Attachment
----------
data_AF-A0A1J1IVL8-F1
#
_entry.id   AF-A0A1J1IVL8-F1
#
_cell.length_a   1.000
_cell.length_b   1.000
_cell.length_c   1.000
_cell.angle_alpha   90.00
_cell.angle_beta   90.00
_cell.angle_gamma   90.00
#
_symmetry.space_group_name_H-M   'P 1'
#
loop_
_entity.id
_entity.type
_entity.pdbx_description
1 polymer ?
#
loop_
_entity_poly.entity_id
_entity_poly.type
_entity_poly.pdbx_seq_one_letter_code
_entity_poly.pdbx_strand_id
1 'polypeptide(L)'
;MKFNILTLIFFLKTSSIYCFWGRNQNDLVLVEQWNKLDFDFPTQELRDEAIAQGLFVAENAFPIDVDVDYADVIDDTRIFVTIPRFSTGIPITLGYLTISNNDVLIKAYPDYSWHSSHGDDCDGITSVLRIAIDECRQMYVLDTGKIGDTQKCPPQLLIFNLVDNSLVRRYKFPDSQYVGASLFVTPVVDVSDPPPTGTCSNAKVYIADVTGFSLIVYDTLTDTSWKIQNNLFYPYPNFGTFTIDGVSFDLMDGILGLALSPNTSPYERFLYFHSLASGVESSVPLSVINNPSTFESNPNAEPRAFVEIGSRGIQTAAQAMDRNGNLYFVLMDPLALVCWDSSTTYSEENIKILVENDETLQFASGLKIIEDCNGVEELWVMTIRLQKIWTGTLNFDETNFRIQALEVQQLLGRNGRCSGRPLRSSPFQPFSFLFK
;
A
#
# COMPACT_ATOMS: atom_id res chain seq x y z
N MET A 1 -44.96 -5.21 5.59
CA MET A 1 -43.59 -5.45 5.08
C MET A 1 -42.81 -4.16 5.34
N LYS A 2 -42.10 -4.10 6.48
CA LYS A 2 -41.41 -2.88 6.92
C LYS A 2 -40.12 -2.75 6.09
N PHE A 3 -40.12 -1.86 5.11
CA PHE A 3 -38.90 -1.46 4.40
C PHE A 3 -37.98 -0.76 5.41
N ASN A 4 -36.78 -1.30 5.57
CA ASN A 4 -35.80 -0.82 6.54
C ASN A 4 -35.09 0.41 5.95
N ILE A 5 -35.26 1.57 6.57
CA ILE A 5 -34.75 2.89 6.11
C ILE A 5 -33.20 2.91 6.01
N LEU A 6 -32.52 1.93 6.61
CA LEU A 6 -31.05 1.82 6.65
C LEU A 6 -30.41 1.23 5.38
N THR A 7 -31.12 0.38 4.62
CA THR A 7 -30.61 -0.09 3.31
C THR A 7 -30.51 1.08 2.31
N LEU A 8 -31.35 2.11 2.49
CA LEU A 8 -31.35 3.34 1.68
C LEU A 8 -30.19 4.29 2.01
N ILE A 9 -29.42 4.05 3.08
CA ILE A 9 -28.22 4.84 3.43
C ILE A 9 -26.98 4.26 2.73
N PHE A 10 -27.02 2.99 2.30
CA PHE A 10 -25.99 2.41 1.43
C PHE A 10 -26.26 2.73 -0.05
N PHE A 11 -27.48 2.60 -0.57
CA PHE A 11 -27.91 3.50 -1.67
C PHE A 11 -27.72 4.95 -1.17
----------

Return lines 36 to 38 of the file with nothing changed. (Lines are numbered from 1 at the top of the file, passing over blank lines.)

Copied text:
C LYS A 2 -40.12 -2.75 6.09
N PHE A 3 -40.12 -1.86 5.11
CA PHE A 3 -38.90 -1.46 4.40